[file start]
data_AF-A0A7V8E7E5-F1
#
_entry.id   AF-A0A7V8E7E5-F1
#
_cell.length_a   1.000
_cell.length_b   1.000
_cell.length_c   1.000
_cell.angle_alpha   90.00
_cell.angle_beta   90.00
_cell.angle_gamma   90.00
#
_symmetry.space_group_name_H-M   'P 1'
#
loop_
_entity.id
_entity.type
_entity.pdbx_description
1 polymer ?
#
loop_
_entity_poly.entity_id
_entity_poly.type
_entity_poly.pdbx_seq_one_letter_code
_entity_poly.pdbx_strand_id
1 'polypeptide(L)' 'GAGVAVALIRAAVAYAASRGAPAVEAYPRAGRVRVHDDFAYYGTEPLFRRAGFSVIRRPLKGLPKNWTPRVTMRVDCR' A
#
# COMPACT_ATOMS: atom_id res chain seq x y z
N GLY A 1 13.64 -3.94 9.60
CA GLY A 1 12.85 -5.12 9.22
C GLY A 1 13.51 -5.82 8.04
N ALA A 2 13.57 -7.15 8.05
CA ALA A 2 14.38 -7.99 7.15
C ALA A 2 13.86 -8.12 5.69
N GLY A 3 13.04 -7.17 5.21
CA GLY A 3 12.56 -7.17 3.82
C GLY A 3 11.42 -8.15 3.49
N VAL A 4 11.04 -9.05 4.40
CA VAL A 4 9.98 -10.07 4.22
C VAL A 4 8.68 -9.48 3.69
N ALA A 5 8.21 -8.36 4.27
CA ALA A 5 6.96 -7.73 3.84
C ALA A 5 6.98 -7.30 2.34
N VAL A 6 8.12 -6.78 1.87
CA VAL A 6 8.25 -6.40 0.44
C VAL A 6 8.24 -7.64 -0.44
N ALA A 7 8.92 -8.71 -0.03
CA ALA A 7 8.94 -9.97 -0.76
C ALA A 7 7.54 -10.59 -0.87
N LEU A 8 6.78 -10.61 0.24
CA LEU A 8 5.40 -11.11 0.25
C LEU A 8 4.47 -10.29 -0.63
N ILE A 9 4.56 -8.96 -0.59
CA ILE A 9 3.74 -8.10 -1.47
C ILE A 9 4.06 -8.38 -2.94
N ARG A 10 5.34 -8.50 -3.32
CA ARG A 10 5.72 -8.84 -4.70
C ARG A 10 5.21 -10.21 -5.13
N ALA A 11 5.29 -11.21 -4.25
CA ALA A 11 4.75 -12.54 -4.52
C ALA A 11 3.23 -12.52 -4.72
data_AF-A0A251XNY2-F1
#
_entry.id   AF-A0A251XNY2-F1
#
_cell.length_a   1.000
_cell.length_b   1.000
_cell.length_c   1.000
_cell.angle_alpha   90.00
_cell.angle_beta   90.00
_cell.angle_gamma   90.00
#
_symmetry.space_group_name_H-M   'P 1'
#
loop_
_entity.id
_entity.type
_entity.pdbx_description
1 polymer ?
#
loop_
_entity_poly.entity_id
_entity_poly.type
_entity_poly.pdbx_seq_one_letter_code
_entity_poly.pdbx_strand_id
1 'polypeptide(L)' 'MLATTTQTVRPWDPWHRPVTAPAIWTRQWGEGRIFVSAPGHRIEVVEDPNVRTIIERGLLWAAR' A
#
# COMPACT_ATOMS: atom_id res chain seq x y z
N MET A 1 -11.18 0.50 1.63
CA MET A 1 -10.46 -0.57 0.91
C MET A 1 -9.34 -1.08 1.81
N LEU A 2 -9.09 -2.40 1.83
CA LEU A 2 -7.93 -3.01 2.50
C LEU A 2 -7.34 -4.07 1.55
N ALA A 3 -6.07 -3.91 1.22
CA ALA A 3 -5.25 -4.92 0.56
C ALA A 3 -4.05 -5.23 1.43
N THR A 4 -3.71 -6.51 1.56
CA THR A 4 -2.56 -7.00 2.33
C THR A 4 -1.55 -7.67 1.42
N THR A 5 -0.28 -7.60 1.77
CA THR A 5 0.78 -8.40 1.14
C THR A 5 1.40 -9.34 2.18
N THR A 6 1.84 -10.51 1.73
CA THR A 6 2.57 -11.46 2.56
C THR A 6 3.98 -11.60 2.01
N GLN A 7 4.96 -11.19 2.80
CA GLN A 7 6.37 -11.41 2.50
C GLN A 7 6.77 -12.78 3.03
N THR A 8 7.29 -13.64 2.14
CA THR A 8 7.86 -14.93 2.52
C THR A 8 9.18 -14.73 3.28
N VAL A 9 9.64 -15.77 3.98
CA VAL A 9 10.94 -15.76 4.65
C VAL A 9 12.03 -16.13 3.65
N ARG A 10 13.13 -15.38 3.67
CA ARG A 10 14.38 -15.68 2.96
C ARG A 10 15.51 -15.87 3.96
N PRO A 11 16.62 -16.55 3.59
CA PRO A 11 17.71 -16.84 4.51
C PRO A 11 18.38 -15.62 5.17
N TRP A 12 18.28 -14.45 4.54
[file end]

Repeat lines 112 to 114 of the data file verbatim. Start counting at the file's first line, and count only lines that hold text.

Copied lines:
N VAL A 9 9.64 -15.77 3.98
CA VAL A 9 10.94 -15.76 4.65
C VAL A 9 12.03 -16.13 3.65